The Return of F1 cannot take place soon enough for SA champion and F1 purist Claudio Piazza Musso. The multiple circuit-racing champion is now a racing driver coach and mentor via his company Race Driver SA. His excitement levels are high and he expects challenges when racing action starts in a few weeks. You can read Claudio’s other columns on our site by clicking here.

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The start of the 2020 F1 season is getting many of us excited for racing to take place on track again. No more talk and speculation… well almost. I say almost because I can’t help but wonder what the pecking order will be and who will be the main contenders when racing starts in Austria on July 5.

Click here to see the races that have been confirmed thus far for 2020.

If we’re being honest, I don’t think we will see the big changes some people are expecting or hoping for. The top three teams will still be the top three teams, your mid-pack is what it is and Williams is still in a serious financial predicament, if not worse. However, having said that, I wonder if the new formats will put a spanner in the works. Two races at the same circuit, reverse grids, etc. Can these variations give an outsider a chance to shine?

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Reverse grids cause chaos

The dynamics of starting one, or two fast cars from the back of the grid due to penalties, or due to unforeseen circumstances, is far different from a reverse a grid. And having all the fast contenders racing each other directly from the back and at the same time trying to work their way up the grid could lead to chaos. Such a situation could be detrimental to the top three teams as we have often seen overtaking is no easy feat.

Check out a great set of F1 car images outlining Alternative F1 Histories at this link.

I still believe the giants of the sport, both teams and drivers, will always rise to the top. I also think aggressive drivers like Max will come unstuck more often than others in a reverse-grid situation, and talents such as Carlos Sainz will possibly have the opportunity to blossom. Ultimately, motivation and rejuvenation after such a long layoff could cause the top three to stumble and a mid-pack runner, such as McLaren, could hit the ground running and find something to challenge the top teams. It’s all very interesting and exciting.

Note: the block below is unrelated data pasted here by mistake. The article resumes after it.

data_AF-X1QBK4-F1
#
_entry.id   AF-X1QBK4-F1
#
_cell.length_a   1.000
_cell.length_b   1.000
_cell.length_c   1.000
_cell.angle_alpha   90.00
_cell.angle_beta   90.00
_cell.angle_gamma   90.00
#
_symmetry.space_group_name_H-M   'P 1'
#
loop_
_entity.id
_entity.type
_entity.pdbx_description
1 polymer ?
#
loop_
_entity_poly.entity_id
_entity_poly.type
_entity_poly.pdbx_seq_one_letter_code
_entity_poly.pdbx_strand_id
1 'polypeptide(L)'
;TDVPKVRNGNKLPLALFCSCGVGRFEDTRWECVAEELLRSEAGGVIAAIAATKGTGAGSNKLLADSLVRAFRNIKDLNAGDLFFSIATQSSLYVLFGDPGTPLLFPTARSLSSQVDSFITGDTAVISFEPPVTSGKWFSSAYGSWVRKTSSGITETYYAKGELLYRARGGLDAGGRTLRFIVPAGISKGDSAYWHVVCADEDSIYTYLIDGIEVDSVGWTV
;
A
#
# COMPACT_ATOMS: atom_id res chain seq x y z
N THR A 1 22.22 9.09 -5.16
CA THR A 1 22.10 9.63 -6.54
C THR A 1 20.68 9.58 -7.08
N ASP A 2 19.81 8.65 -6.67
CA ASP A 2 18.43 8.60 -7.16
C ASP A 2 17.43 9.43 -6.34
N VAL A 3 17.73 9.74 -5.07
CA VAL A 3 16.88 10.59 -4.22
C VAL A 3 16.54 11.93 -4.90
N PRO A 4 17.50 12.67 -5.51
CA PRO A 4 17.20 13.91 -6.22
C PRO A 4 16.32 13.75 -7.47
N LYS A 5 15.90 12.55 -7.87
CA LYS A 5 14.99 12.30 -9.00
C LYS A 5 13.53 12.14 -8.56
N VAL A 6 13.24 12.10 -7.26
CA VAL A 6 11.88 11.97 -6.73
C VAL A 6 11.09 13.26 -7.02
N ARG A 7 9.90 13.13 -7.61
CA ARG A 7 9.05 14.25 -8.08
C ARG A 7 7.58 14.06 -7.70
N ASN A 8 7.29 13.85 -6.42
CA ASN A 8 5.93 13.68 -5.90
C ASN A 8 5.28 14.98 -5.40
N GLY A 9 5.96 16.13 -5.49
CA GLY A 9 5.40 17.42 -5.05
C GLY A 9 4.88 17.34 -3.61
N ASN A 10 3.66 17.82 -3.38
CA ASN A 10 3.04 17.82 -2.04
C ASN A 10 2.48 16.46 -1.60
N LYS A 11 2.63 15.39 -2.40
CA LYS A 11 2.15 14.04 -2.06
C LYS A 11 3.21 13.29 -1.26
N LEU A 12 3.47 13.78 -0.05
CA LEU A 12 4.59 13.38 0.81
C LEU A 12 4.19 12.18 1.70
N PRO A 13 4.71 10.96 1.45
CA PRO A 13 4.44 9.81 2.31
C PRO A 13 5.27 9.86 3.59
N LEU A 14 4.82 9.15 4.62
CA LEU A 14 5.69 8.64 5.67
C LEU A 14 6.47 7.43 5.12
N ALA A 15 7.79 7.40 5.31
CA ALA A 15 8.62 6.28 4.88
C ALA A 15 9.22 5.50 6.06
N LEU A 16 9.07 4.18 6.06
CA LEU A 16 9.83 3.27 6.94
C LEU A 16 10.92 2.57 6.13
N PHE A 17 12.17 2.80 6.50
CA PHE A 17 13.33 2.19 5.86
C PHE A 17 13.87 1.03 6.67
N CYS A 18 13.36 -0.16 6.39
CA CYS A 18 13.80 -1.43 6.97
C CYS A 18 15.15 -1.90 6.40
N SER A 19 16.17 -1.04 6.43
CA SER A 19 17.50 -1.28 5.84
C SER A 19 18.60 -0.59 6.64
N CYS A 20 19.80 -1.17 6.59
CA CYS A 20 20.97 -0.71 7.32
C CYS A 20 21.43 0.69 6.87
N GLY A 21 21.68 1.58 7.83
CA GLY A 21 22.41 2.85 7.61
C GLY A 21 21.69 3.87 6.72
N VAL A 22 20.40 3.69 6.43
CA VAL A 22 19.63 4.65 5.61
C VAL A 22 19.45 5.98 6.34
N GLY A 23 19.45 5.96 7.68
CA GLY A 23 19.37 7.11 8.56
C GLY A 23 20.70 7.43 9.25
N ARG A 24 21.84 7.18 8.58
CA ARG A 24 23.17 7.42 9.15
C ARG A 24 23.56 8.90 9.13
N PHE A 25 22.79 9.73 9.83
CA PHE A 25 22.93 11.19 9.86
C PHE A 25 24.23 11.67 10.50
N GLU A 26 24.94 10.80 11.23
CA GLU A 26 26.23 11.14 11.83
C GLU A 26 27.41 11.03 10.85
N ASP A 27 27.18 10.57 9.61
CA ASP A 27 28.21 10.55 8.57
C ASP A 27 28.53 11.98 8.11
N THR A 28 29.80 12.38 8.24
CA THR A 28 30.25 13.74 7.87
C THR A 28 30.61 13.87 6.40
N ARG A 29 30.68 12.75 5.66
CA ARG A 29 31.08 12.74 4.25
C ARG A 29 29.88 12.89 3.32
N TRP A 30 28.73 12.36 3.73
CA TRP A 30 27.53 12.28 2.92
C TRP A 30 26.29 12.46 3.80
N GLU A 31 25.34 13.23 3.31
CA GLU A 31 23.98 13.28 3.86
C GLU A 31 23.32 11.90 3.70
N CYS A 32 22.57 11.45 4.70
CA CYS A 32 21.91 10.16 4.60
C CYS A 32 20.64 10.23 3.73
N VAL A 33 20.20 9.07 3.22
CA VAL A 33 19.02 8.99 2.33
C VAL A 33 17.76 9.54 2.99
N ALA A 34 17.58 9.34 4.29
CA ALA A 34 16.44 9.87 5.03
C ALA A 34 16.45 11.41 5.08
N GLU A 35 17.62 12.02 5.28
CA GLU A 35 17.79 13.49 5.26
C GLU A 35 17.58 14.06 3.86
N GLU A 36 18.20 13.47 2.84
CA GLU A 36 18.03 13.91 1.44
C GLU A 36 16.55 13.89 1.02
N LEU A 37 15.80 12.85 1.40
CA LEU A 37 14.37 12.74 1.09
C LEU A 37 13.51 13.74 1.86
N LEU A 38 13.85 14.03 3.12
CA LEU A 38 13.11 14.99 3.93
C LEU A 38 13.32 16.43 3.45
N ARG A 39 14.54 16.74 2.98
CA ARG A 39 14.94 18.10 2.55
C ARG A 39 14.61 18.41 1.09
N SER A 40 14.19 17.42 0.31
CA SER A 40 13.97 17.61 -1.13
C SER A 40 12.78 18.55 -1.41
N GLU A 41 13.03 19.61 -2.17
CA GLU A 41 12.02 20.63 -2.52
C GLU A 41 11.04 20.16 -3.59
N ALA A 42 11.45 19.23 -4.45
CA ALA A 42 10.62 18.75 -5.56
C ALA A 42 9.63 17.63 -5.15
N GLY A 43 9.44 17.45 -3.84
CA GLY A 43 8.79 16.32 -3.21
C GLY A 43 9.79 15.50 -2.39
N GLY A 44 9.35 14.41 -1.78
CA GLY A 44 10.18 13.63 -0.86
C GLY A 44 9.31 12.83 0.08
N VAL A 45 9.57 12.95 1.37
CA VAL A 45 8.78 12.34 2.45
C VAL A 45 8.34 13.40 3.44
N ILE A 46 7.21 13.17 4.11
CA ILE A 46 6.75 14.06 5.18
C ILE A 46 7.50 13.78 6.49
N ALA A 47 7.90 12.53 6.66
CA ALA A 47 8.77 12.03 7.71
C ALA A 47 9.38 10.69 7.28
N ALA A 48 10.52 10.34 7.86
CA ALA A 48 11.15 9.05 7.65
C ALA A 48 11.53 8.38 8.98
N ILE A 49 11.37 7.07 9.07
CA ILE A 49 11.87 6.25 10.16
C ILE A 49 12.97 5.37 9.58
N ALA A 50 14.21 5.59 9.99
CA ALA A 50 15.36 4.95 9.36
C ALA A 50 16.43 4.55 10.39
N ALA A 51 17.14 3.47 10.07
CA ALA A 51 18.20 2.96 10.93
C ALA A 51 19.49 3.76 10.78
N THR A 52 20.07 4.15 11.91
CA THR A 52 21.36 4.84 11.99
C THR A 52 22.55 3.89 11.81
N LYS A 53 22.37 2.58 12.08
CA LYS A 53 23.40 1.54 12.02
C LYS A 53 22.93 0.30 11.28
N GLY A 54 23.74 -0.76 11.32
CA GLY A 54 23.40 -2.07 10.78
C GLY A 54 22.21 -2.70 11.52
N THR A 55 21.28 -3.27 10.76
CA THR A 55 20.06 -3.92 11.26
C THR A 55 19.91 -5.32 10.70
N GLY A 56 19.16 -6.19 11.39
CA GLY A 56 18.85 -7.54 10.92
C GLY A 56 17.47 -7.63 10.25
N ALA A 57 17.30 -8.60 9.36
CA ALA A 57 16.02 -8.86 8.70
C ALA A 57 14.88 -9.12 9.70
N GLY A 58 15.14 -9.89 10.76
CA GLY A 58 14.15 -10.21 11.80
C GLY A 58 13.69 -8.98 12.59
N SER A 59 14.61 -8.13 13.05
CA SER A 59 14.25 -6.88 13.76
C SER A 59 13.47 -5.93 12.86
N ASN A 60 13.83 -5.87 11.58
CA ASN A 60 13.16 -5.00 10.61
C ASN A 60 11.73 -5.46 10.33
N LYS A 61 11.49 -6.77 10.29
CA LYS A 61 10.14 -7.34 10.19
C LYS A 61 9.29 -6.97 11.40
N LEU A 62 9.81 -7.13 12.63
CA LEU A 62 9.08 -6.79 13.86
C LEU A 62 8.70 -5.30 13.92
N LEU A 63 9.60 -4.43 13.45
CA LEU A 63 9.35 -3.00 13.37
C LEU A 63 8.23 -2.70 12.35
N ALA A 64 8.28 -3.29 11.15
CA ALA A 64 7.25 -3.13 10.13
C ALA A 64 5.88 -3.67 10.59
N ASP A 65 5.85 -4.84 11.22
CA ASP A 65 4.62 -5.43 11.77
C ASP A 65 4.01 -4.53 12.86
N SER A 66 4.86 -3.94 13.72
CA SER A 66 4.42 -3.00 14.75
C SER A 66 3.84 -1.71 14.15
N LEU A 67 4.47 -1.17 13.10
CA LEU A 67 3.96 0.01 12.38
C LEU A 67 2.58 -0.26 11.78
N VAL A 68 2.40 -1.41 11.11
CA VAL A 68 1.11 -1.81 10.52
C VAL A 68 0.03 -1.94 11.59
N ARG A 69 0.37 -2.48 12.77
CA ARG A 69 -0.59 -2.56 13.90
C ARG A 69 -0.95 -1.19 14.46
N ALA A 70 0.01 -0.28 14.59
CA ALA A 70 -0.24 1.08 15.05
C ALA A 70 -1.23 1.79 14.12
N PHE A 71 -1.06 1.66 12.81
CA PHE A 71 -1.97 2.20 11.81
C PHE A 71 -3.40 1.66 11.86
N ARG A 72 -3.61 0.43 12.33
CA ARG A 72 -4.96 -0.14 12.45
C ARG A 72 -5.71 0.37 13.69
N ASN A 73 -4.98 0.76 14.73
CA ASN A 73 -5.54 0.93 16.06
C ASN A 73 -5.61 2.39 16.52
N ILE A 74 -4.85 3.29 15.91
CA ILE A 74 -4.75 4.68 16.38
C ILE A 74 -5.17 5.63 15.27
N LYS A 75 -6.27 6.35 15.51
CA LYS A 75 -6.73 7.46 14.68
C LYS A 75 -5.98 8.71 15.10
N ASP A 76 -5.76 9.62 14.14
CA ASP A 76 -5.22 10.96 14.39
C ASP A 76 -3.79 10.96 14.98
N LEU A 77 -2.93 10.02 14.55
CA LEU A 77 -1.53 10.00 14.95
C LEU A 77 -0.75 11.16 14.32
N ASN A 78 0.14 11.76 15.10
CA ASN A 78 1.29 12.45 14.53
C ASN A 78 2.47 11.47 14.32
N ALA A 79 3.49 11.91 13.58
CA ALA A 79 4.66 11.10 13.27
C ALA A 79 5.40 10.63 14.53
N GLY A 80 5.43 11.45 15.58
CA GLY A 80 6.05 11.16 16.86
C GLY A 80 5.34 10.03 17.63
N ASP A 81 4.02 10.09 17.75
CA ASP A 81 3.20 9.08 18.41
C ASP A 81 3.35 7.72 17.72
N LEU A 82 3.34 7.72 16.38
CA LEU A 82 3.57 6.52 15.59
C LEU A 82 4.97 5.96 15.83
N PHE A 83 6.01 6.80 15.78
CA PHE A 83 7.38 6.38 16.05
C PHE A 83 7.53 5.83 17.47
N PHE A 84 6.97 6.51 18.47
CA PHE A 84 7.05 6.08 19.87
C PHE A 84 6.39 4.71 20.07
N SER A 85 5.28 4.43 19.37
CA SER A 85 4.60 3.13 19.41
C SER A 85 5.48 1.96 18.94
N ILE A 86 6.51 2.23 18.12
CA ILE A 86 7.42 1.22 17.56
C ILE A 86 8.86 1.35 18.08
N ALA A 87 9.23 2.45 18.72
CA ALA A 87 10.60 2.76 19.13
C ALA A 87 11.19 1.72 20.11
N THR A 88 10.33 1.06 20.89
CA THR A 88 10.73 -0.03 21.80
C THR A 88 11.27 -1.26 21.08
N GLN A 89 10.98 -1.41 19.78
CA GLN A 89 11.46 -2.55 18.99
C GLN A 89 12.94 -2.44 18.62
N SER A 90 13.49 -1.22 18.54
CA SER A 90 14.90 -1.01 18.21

One could elaborate on strategies and how different drivers deal with new issues and dynamics of a packed calendar. Furthermore, will racing at the same track on consecutive weekends give mid-pack teams a chance to close the gap? Or will the top three pull away even further as they have larger data analysis teams and clever responses to data captured over the first race weekend. There is also a massive question mark around driver safety. If a driver contracts the coronavirus teams will sub in test and reserve drivers. Such a move has the potential to blow the championship wide open if one of the leading drivers falls ill.

Read a column by another SA racing legend, Sarel van der Merwe, at this link.

Driver movements

There’s also plenty going on in the drivers’ market. I am specifically referring to Vettel and his recent predicament. Firstly, you have to know that I have my favourite and also my not-so-favourite drivers, but I respect the level of talent they all possess and in that regard, I am a fan of them all. So when I say I don’t like Vettel, I say this with the utmost respect and also acknowledge that the reasons I don’t like him are because of my noble passion as a purist of the sport and the drivers.

His outbursts, mistakes, retaliation, etc, come from his passion for his driving. He is so passionate about racing and his will to win, that it pushes him beyond the point of full control. We have seen this behaviour in many greats: Senna, Schumacher, Prost, Hamilton, Villenueve, Alonso, etc.

Perhaps Vettel took it to a new level recently and has had periods where things got out of hand on occasion (remember when he sideswiped Hamilton?). It is all about timing and circumstance that could decide your future in this sport. Vettel is a true adversary and a top competitor with a determined mentality, he will certainly be missed if he is to leave the sport, but if he stays, he will always be in the mix, a talking point and benchmark, even if he is not in a top team.

Purist’s thoughts

All the novelty of the 2020 season got me thinking about something else: “What about the purist F1 fan and follower?” I can imagine the turmoil and the torture going on in the purist’s brain, heart and soul. But who is a purist? A historian of the sport who lost interest many years ago due to evolution? Or is it a dreamer who lives in a state of denial while watching what the modern era of F1 has evolved into?

Or is it someone who just loves to complain about everything that is and wishes they could travel back to when they were still amazed at technology? Or is it someone who hates technology, marketing, media and how the world works today and hasn’t accepted that the world of F1 has moved on and will never be the same? Or is it me, someone who loves and appreciates the history of the sport, its evolution and also what it is today and what it will be tomorrow, even if it does include reverse starting grids and consecutive races at the same track.

Ok, so you now know how much I love Formula One. I love it all: past, present and future. I am really looking forward to the new dynamics at play in this unique season, which includes smaller team head-counts trackside due to restrictions caused by the Covid-19 pandemic and the relevant safety rules. I am looking forward to the return of F1 and I am sure you are, too.